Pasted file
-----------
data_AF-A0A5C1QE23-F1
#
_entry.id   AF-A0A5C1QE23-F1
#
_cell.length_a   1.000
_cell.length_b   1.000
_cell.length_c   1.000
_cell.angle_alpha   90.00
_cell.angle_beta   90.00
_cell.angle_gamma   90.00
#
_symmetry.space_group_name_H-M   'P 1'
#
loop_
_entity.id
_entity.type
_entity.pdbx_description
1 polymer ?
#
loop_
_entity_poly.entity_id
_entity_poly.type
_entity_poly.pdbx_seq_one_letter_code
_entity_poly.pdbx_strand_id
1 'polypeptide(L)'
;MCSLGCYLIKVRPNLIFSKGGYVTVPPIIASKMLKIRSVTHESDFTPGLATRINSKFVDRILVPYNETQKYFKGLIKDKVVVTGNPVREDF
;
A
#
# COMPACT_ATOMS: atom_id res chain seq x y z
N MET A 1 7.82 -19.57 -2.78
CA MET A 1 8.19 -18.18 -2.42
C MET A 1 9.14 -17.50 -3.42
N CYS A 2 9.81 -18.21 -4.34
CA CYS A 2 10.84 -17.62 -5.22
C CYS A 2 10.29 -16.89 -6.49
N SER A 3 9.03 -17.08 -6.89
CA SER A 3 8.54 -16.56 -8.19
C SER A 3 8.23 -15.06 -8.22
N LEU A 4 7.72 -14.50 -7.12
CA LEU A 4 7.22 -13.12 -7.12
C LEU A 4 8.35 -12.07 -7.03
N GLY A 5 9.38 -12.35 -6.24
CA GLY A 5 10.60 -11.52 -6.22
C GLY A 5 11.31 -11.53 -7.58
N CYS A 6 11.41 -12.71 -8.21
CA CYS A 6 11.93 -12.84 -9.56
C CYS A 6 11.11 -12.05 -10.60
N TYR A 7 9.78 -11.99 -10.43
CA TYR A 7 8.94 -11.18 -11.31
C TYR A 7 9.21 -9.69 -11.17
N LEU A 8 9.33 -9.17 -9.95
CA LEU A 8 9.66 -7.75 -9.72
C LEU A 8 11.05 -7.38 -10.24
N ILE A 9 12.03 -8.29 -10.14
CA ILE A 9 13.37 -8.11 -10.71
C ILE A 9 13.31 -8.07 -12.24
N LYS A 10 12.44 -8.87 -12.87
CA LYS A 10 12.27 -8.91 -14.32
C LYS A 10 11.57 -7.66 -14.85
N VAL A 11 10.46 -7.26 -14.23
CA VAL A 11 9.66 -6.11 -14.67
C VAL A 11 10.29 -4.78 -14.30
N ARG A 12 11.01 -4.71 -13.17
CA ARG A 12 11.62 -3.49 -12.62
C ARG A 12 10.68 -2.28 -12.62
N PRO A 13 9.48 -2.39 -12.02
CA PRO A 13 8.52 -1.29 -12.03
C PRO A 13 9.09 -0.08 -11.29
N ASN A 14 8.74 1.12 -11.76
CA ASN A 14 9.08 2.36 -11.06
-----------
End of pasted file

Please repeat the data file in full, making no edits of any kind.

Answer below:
data_AF-A0A5C1QE23-F1
#
_entry.id   AF-A0A5C1QE23-F1
#
_cell.length_a   1.000
_cell.length_b   1.000
_cell.length_c   1.000
_cell.angle_alpha   90.00
_cell.angle_beta   90.00
_cell.angle_gamma   90.00
#
_symmetry.space_group_name_H-M   'P 1'
#
loop_
_entity.id
_entity.type
_entity.pdbx_description
1 polymer ?
#
loop_
_entity_poly.entity_id
_entity_poly.type
_entity_poly.pdbx_seq_one_letter_code
_entity_poly.pdbx_strand_id
1 'polypeptide(L)'
;MCSLGCYLIKVRPNLIFSKGGYVTVPPIIASKMLKIRSVTHESDFTPGLATRINSKFVDRILVPYNETQKYFKGLIKDKVVVTGNPVREDF
;
A
#
# COMPACT_ATOMS: atom_id res chain seq x y z
N MET A 1 7.82 -19.57 -2.78
CA MET A 1 8.19 -18.18 -2.42
C MET A 1 9.14 -17.50 -3.42
N CYS A 2 9.81 -18.21 -4.34
CA CYS A 2 10.84 -17.62 -5.22
C CYS A 2 10.29 -16.89 -6.49
N SER A 3 9.03 -17.08 -6.89
CA SER A 3 8.54 -16.56 -8.19
C SER A 3 8.23 -15.06 -8.22
N LEU A 4 7.72 -14.50 -7.12
CA LEU A 4 7.22 -13.12 -7.12
C LEU A 4 8.35 -12.07 -7.03
N GLY A 5 9.38 -12.35 -6.24
CA GLY A 5 10.60 -11.52 -6.22
C GLY A 5 11.31 -11.53 -7.58
N CYS A 6 11.41 -12.71 -8.21
CA CYS A 6 11.93 -12.84 -9.56
C CYS A 6 11.11 -12.05 -10.60
N TYR A 7 9.78 -11.99 -10.43
CA TYR A 7 8.94 -11.18 -11.31
C TYR A 7 9.21 -9.69 -11.17
N LEU A 8 9.33 -9.17 -9.95
CA LEU A 8 9.66 -7.75 -9.72
C LEU A 8 11.05 -7.38 -10.24
N ILE A 9 12.03 -8.29 -10.14
CA ILE A 9 13.37 -8.11 -10.71
C ILE A 9 13.31 -8.07 -12.24
N LYS A 10 12.44 -8.87 -12.87
CA LYS A 10 12.27 -8.91 -14.32
C LYS A 10 11.57 -7.66 -14.85
N VAL A 11 10.46 -7.26 -14.23
CA VAL A 11 9.66 -6.11 -14.67
C VAL A 11 10.29 -4.78 -14.30
N ARG A 12 11.01 -4.71 -13.17
CA ARG A 12 11.62 -3.49 -12.62
C ARG A 12 10.68 -2.28 -12.62
N PRO A 13 9.48 -2.39 -12.02
CA PRO A 13 8.52 -1.29 -12.03
C PRO A 13 9.09 -0.08 -11.29
N ASN A 14 8.74 1.12 -11.76
CA ASN A 14 9.08 2.36 -11.06